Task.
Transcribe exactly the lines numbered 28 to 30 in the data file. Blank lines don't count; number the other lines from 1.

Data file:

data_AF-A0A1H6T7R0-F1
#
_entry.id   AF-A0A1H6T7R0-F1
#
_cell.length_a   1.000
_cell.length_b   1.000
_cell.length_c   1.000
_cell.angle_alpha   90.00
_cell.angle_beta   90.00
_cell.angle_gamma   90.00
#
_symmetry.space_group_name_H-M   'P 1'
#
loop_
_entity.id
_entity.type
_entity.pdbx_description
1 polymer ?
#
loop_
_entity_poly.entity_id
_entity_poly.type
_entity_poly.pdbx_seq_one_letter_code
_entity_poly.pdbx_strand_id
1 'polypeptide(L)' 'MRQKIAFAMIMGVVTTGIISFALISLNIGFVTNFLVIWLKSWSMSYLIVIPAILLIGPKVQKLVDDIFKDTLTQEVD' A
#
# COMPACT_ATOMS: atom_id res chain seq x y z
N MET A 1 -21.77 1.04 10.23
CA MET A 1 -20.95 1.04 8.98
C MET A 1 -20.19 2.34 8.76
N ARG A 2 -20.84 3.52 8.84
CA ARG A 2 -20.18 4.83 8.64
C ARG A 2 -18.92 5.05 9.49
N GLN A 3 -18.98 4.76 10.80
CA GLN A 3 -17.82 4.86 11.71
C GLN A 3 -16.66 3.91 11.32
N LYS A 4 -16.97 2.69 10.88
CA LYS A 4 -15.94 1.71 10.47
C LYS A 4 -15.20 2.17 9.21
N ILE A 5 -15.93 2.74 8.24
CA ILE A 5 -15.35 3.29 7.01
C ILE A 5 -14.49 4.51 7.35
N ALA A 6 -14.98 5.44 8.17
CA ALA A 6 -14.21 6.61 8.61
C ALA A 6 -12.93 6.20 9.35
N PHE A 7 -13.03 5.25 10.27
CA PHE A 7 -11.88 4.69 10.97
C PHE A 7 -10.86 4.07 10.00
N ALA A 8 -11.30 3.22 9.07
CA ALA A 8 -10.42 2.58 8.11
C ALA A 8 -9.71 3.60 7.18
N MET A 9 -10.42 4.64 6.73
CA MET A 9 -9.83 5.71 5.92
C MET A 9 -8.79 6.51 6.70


N MET A 1 -21.77 1.04 10.23
CA MET A 1 -20.95 1.04 8.98
C MET A 1 -20.19 2.34 8.76